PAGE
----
Q. Hi Cathy. I was laid off sixteen months ago with a great severance package. Since my spouse was working, I really didn’t need to search for a job right away. How do I explain my time off?
A. Gaps can be challenging to navigate — and even more challenging to explain. But when a company really wants to hire you, they won’t spend a lot of time obsessing about gaps. So…
(1)Aim your job search on finding someone who can say “yes.”
Focus on reaching a manager who appreciates your talents – not a screener looking for ways to place your resume in the “reject” pile.
(2) Use extreme care when omitting a job.
If your last (or current) job lasted just a few months, some advisors say, “Leave it off, especially if you were earning a below-market salary or working in a totally different field.”
Maybe. But I recommend preparing an answer in case you get caught on a background check.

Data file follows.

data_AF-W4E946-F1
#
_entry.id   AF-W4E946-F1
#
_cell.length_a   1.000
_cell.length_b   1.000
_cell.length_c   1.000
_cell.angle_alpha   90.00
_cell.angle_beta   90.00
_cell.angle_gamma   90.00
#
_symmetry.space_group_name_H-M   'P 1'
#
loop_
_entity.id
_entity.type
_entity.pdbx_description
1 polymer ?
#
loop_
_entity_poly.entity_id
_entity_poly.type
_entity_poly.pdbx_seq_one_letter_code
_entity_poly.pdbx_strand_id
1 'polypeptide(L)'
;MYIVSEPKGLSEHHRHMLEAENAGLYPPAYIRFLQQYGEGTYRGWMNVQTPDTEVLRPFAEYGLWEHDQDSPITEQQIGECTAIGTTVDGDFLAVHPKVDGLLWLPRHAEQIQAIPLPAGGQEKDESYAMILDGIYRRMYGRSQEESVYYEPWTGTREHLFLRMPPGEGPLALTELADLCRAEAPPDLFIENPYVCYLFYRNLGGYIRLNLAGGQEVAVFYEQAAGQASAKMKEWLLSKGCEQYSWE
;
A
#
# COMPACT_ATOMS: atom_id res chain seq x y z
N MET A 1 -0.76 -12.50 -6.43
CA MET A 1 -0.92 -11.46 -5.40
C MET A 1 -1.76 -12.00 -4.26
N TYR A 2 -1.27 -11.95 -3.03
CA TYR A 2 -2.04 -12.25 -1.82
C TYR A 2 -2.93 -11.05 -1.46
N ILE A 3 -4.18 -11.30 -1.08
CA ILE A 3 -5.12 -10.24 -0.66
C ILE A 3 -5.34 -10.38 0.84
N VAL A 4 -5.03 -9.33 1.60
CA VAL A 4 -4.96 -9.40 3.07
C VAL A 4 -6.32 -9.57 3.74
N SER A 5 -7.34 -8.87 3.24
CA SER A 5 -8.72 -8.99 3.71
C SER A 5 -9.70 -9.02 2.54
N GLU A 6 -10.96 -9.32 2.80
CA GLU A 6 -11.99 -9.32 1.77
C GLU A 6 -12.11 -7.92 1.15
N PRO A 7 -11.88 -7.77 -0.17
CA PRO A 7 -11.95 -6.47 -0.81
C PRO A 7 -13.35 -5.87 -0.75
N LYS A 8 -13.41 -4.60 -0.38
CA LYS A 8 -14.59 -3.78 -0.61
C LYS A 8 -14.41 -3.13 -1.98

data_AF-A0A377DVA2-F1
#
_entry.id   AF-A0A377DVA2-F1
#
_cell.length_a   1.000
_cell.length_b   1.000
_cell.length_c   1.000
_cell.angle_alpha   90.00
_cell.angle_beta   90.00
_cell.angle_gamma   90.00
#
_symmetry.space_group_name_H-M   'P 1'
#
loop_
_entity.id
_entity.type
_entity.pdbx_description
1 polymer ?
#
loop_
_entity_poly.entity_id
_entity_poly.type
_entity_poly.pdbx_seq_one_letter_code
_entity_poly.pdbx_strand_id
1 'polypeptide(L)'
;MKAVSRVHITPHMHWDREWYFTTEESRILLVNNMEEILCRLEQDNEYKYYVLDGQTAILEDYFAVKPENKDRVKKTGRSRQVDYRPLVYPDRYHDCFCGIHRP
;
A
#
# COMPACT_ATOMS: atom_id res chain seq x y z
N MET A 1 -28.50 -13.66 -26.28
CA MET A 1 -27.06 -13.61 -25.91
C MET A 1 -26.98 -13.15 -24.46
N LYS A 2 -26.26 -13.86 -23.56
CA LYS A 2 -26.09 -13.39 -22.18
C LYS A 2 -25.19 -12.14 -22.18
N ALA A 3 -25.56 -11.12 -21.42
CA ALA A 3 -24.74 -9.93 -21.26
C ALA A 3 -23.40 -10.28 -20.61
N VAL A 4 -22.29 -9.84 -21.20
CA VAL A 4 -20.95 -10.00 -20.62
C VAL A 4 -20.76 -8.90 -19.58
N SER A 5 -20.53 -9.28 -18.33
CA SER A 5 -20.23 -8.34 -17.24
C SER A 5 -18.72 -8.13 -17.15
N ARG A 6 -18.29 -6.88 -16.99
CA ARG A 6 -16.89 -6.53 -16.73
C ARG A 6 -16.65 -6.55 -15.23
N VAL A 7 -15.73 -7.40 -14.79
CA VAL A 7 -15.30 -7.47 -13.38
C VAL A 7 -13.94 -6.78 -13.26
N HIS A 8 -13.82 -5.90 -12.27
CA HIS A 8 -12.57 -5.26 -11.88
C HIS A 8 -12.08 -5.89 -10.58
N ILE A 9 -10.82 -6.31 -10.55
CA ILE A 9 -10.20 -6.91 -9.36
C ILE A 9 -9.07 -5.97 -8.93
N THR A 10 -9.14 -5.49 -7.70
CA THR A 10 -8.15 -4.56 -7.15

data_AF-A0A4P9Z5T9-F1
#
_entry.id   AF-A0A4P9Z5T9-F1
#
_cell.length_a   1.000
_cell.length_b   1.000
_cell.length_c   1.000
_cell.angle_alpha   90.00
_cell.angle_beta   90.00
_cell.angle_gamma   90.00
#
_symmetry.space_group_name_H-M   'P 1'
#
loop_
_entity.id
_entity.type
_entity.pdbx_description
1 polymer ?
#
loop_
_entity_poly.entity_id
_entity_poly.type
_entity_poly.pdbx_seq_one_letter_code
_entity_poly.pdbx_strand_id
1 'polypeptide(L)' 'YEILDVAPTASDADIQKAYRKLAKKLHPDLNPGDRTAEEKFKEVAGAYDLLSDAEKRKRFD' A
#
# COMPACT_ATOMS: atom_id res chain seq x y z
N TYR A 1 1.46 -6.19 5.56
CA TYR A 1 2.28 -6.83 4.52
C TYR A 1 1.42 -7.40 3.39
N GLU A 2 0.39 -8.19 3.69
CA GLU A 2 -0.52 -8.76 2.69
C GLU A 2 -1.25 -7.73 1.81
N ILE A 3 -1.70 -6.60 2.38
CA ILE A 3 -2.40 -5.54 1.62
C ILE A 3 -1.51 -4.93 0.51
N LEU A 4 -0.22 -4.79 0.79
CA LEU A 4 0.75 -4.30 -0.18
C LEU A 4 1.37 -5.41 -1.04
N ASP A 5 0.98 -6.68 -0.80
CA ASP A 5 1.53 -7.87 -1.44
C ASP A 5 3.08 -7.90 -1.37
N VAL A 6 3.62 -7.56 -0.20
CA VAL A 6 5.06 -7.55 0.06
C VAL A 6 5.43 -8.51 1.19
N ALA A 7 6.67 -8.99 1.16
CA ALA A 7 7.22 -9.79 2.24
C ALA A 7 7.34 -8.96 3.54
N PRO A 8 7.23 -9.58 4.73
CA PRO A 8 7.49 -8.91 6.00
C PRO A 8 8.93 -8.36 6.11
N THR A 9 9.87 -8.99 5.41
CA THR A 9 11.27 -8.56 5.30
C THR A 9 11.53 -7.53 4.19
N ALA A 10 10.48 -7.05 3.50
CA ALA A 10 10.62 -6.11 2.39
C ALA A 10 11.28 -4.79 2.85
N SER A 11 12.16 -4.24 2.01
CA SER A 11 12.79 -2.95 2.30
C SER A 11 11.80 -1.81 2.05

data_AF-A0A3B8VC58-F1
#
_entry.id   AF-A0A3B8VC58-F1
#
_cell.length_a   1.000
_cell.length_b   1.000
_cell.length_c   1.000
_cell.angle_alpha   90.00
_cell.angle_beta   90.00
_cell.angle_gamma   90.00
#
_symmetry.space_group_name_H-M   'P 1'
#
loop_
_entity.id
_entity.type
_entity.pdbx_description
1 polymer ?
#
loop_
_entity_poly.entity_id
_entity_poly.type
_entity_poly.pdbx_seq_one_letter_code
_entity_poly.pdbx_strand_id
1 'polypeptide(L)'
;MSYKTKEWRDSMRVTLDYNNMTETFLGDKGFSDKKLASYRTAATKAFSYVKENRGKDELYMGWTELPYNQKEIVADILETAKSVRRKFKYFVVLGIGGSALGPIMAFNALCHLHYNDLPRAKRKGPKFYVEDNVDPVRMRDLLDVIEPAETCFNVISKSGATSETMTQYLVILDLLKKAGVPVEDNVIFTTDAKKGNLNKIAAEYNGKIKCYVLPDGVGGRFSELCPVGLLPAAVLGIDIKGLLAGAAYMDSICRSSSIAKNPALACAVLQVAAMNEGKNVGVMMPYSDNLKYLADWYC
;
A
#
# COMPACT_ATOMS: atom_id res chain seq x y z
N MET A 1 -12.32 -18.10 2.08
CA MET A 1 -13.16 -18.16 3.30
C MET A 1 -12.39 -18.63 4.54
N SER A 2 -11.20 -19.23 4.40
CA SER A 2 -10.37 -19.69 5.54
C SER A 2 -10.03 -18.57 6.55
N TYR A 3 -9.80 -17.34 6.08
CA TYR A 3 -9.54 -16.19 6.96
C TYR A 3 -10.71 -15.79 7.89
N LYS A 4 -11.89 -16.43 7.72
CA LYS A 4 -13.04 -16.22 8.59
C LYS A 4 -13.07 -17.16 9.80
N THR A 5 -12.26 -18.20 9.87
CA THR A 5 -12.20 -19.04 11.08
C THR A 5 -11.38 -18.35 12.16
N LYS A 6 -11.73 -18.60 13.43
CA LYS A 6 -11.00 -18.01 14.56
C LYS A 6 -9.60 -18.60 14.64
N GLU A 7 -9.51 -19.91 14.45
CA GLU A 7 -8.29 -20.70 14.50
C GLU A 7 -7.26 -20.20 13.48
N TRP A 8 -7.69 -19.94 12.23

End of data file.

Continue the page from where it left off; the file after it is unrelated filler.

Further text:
And some employers would rather see even short-term employment than no employment. It’s always a judgment call.
(3) Create a one-sentence explanation to explain the gap.
Practice talking in sound bites — you don’t want to seem evasive, but a short matter-of-fact answer will discourage curiosity.
(4) Stick to business.
Explain your gap accurately but professionally. Refer to health and family only as a last resort.
Note: If you’ve got a really sensitive situation (e.g., you were in a drug rehab program), get lots of professional advice.
(5) Consider changing direction if you’re blocked.
A few years ago, “Hortense” called me eight months after leaving a high-powered job. She had spent that recovering from shock and enjoying her leisure. She sent out resumes and collected a series of rejections. “Overqualified,” they said.
I encouraged her to continue pursuing her job search, but also consider a new business. We talked for a few hours over a couple of months. I suggested she attend a few networking meetings just to test the waters.
She went to one breakfast meeting. She said, “I’m thinking of starting a specialized coaching company.”
To her amazement, people started handing her business cards and saying, “Call me when you’re ready for business. We like your style.”
And she was off and running.
You may not want a business…but returning to school for a new career might make sense. Often a shift in strategy will open doors you never anticipated.